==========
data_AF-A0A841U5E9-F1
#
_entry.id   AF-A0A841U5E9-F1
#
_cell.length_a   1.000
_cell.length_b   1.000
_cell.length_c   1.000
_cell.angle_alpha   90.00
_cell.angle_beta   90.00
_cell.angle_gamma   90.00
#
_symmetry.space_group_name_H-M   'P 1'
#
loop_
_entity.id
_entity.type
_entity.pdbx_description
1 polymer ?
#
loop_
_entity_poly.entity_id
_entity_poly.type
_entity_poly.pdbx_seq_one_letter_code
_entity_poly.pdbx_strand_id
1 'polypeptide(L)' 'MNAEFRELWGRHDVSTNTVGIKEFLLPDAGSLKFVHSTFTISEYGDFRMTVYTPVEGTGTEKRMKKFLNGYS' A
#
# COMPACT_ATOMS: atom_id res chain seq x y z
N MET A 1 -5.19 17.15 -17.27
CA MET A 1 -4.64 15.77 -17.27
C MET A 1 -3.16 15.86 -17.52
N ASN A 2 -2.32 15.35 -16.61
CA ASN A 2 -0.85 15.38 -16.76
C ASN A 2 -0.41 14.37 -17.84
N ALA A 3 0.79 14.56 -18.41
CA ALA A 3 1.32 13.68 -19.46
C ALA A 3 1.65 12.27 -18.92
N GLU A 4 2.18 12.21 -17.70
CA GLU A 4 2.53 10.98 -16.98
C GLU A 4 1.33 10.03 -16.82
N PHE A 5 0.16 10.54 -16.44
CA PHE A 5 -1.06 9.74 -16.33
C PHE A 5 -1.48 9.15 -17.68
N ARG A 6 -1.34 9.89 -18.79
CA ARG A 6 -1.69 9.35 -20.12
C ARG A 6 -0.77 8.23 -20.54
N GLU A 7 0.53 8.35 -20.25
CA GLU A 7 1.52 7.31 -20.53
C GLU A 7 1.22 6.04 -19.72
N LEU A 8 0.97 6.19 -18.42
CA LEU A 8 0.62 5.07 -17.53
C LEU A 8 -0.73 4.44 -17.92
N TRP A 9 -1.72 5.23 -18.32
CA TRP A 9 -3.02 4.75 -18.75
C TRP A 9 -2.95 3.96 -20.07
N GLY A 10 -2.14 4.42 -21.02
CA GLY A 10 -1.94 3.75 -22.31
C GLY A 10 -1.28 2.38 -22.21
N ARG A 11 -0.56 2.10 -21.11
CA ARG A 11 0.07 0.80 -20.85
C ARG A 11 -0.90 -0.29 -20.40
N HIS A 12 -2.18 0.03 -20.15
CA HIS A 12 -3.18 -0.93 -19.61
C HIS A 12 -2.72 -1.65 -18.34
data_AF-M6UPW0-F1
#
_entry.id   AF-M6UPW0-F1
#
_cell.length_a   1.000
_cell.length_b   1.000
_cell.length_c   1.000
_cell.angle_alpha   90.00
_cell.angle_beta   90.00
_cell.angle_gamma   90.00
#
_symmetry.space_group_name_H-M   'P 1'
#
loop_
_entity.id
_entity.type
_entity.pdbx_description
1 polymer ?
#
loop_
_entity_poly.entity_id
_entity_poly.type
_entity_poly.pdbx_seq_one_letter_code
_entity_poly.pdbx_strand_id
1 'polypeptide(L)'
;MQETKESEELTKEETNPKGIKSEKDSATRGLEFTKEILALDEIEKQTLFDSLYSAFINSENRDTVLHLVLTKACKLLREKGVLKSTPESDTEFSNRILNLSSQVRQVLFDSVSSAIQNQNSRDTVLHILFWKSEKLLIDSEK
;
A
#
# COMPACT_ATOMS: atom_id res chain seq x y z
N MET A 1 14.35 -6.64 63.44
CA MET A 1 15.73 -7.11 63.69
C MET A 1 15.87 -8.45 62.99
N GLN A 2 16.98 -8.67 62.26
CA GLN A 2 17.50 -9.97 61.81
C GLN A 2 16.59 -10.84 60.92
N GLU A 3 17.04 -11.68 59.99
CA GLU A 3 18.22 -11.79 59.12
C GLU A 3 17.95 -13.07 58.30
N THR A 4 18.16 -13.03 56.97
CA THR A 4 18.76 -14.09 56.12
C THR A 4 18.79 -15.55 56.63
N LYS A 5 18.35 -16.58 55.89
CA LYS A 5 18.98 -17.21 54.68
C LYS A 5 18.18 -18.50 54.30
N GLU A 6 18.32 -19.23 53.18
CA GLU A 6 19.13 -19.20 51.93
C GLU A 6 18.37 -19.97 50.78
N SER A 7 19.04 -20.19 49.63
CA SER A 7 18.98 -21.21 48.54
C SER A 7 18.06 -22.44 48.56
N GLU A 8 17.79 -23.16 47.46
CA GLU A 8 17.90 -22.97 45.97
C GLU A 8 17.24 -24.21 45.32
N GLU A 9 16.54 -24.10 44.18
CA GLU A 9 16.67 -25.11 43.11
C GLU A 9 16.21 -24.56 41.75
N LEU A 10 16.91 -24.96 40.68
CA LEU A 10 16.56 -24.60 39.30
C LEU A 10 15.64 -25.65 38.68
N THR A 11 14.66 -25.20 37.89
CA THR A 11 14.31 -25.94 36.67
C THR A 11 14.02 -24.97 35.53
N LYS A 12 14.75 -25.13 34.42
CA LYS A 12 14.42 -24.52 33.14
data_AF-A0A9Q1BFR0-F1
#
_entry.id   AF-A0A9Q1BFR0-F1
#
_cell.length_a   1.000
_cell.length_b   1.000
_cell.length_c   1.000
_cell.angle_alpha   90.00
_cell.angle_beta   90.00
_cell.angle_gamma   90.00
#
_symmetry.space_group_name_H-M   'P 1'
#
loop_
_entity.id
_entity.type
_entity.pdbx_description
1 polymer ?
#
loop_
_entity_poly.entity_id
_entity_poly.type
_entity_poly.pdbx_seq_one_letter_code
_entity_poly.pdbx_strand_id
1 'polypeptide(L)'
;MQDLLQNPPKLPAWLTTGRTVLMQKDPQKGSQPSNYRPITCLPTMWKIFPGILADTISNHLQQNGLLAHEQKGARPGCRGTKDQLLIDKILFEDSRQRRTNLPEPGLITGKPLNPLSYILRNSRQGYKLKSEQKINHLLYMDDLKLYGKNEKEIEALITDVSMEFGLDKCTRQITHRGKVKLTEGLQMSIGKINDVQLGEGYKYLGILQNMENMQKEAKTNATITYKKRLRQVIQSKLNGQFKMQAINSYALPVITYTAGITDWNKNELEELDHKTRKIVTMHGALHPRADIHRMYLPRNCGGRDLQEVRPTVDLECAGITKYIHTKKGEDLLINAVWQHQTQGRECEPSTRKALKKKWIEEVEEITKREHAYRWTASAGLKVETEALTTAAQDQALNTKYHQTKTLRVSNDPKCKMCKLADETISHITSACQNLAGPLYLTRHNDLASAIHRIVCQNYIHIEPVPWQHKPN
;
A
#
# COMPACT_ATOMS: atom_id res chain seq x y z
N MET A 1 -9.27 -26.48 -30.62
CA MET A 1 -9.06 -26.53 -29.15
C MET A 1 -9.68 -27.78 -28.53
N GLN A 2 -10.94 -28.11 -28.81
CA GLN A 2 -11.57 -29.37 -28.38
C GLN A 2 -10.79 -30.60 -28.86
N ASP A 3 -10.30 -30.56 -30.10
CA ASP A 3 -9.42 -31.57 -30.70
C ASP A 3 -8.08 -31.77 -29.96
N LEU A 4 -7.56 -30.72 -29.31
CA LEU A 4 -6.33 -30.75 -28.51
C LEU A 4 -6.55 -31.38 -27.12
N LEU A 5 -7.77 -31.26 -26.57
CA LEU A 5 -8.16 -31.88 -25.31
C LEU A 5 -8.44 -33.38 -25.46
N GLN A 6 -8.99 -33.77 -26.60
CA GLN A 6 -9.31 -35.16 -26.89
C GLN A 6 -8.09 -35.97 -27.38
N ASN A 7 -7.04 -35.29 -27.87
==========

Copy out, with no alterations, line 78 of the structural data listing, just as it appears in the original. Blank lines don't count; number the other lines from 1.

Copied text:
_entity.id